Russell, Idealism, and the Emergence of Analytic Philosophy

Russell, Idealism, and the Emergence of Analytic Philosophy

Russell, Idealism, and the Emergence of Analytic Philosophy

Russell, Idealism, and the Emergence of Analytic Philosophy

Synopsis

This book deals with a crucial period in the formation of twentieth-century analytic philosophy. It discusses the tradition of British Idealism, and the rejection of that tradition by Bertrand Russell and G. E. Moore at the beginning of this century. It goes on to examine the veryinfluential work of Russell in the period up to the First World War, and addresses the question of what we can learn about the nature of analytic philosophy through a close examination of its origins.

Excerpt

This book arises out of an interest in the origins of analytic philosophy—that is, roughly, of the philosophical tradition which has been dominant in English-speaking countries for most of this century. My interest in the origins of this tradition arises, in turn, from the twofold reaction which I had to philosophy, beginning almost as early as my first serious study of the subject. On the one hand, it completely absorbed me. On the other hand, its inconclusiveness frustrated me: I was only too well aware of the vulnerability of any philosophical claim, and could not convince myself that my own views might somehow be exempt. During my second and third years of graduate study I began to work my way towards an escape from this intellectual impasse. I ceased to take the subject simply at (what seemed to me to be) its face value, as consisting of well-defined problems and attempts to solve them. I began, rather, to take seriously the fact that the formulation of a philosophical problem arises out of a particular historical context. So, gradually, I developed the idea of trying to understand analytic philosophy in this way, as an historically conditioned phenomenon. I hoped that such an approach might enable me to situate myself relative to the tradition. More ambitiously, I hoped that work of this sort might help the tradition to come to terms with its past, and thereby to achieve a new understanding of itself.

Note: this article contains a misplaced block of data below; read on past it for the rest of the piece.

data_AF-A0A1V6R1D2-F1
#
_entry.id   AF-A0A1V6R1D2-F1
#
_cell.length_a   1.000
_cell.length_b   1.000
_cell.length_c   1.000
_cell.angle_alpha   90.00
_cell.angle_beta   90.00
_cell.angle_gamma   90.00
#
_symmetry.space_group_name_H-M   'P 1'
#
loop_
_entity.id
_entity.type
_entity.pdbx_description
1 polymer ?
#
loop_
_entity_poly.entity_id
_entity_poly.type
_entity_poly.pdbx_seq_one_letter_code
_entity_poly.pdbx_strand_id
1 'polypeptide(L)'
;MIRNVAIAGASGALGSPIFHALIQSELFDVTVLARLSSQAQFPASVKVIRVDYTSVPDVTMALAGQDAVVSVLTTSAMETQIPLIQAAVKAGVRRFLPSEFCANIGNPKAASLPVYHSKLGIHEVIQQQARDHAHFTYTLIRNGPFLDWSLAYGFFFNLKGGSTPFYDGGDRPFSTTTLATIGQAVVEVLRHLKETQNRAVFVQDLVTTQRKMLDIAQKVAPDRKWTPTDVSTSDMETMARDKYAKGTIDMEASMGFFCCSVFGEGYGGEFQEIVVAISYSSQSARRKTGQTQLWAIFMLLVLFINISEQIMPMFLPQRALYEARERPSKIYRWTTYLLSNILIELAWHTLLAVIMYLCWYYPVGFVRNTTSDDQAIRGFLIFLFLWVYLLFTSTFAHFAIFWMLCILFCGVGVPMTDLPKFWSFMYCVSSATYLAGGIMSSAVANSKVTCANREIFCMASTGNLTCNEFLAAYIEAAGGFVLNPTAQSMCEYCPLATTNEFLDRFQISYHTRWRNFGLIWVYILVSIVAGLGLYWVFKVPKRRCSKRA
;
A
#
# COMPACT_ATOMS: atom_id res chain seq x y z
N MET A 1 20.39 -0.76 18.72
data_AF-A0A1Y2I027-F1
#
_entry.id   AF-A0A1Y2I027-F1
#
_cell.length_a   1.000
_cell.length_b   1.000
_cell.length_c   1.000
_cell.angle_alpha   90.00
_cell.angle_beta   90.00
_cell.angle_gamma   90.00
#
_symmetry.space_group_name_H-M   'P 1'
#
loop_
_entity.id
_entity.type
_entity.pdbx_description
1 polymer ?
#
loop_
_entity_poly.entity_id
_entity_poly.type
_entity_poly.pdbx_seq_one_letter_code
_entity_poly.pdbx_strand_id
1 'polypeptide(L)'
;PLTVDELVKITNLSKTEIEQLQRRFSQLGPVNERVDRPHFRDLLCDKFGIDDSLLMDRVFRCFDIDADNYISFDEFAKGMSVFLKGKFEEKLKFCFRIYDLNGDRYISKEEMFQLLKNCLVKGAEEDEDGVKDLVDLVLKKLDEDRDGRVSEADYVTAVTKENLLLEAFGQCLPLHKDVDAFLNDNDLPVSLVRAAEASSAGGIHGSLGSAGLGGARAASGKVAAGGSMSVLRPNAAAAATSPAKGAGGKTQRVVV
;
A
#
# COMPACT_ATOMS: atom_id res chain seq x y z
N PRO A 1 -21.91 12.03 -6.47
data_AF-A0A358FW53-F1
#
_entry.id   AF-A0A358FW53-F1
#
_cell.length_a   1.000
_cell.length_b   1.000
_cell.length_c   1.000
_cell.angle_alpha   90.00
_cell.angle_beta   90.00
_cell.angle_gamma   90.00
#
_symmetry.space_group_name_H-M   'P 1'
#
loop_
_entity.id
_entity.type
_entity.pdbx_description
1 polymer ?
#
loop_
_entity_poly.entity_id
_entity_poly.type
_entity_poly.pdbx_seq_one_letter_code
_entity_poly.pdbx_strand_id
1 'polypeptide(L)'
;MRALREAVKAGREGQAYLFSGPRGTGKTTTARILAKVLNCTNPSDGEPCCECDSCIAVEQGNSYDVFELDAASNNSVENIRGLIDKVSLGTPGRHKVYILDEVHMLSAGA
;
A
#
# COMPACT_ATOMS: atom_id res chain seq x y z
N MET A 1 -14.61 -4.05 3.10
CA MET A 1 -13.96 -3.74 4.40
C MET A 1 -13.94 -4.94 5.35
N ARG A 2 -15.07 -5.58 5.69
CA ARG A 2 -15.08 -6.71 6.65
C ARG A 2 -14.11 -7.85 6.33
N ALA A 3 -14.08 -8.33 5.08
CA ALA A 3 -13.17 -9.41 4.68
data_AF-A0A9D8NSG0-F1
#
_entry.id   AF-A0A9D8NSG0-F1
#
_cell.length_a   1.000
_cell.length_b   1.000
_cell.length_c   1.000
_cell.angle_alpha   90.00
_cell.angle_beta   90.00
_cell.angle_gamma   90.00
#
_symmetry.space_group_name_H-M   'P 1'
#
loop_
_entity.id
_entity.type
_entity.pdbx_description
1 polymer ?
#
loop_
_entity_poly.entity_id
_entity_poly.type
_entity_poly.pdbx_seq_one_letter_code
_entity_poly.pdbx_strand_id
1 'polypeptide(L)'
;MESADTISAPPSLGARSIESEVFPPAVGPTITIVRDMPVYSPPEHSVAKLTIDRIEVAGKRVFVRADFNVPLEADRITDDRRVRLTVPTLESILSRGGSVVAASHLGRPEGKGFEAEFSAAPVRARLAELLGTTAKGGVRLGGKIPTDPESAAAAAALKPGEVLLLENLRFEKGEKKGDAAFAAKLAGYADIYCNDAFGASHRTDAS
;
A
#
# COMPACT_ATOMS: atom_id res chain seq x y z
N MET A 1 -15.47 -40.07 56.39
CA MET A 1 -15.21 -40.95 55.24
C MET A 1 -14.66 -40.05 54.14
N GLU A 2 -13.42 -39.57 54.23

For one trained within the analytic tradition to study the history of that tradition might seem to be a small step. And so, in one sense, it is; certainly part of its attraction for me was precisely that the project did not involve a complete repudiation of what I had been taught. But in another sense it is a revolutionary move. Analytic philosophy has largely rejected historical modes of understanding. Attempts to apply that mode of understanding to analytic philosophy itself are so rare as to be almost non-existent. It struck me as strange that the period I write about, which was crucial to the formation of the analytic tradition, had been largely neglected. This neglect, however, is not accidental: it is the result of the general repudiation of the historical mode of understanding within analytic philosophy. In particular, analytic philosophy seems to think of itself as taking place within a single timeless moment. While this way of thinking may have its place, and may lead to interesting work, I want to insist that it is not the only way to think about philosophy. The experience of writing this book has

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